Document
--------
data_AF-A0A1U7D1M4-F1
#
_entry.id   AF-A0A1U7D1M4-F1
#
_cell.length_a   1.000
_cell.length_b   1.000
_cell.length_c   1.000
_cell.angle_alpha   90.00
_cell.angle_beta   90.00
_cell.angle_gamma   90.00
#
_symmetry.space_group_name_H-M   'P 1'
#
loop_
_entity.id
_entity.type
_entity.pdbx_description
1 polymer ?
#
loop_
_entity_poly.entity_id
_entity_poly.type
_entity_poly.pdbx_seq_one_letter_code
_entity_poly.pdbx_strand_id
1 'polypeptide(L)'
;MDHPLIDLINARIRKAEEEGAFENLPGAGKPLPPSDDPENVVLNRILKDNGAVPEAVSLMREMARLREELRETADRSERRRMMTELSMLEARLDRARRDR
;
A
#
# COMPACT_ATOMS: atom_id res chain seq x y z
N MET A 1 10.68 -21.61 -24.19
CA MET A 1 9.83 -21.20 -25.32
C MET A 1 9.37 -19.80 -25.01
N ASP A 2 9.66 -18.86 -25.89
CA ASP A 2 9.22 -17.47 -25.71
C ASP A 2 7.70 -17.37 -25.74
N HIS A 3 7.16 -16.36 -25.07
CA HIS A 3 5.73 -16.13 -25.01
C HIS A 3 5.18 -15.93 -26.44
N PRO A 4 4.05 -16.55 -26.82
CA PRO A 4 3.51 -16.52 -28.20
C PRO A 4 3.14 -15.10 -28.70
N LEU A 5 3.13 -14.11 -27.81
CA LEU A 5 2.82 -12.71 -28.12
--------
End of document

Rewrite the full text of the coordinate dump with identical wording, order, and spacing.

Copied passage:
data_AF-A0A1U7D1M4-F1
#
_entry.id   AF-A0A1U7D1M4-F1
#
_cell.length_a   1.000
_cell.length_b   1.000
_cell.length_c   1.000
_cell.angle_alpha   90.00
_cell.angle_beta   90.00
_cell.angle_gamma   90.00
#
_symmetry.space_group_name_H-M   'P 1'
#
loop_
_entity.id
_entity.type
_entity.pdbx_description
1 polymer ?
#
loop_
_entity_poly.entity_id
_entity_poly.type
_entity_poly.pdbx_seq_one_letter_code
_entity_poly.pdbx_strand_id
1 'polypeptide(L)'
;MDHPLIDLINARIRKAEEEGAFENLPGAGKPLPPSDDPENVVLNRILKDNGAVPEAVSLMREMARLREELRETADRSERRRMMTELSMLEARLDRARRDR
;
A
#
# COMPACT_ATOMS: atom_id res chain seq x y z
N MET A 1 10.68 -21.61 -24.19
CA MET A 1 9.83 -21.20 -25.32
C MET A 1 9.37 -19.80 -25.01
N ASP A 2 9.66 -18.86 -25.89
CA ASP A 2 9.22 -17.47 -25.71
C ASP A 2 7.70 -17.37 -25.74
N HIS A 3 7.16 -16.36 -25.07
CA HIS A 3 5.73 -16.13 -25.01
C HIS A 3 5.18 -15.93 -26.44
N PRO A 4 4.05 -16.55 -26.82
CA PRO A 4 3.51 -16.52 -28.20
C PRO A 4 3.14 -15.10 -28.70
N LEU A 5 3.13 -14.11 -27.81
CA LEU A 5 2.82 -12.71 -28.12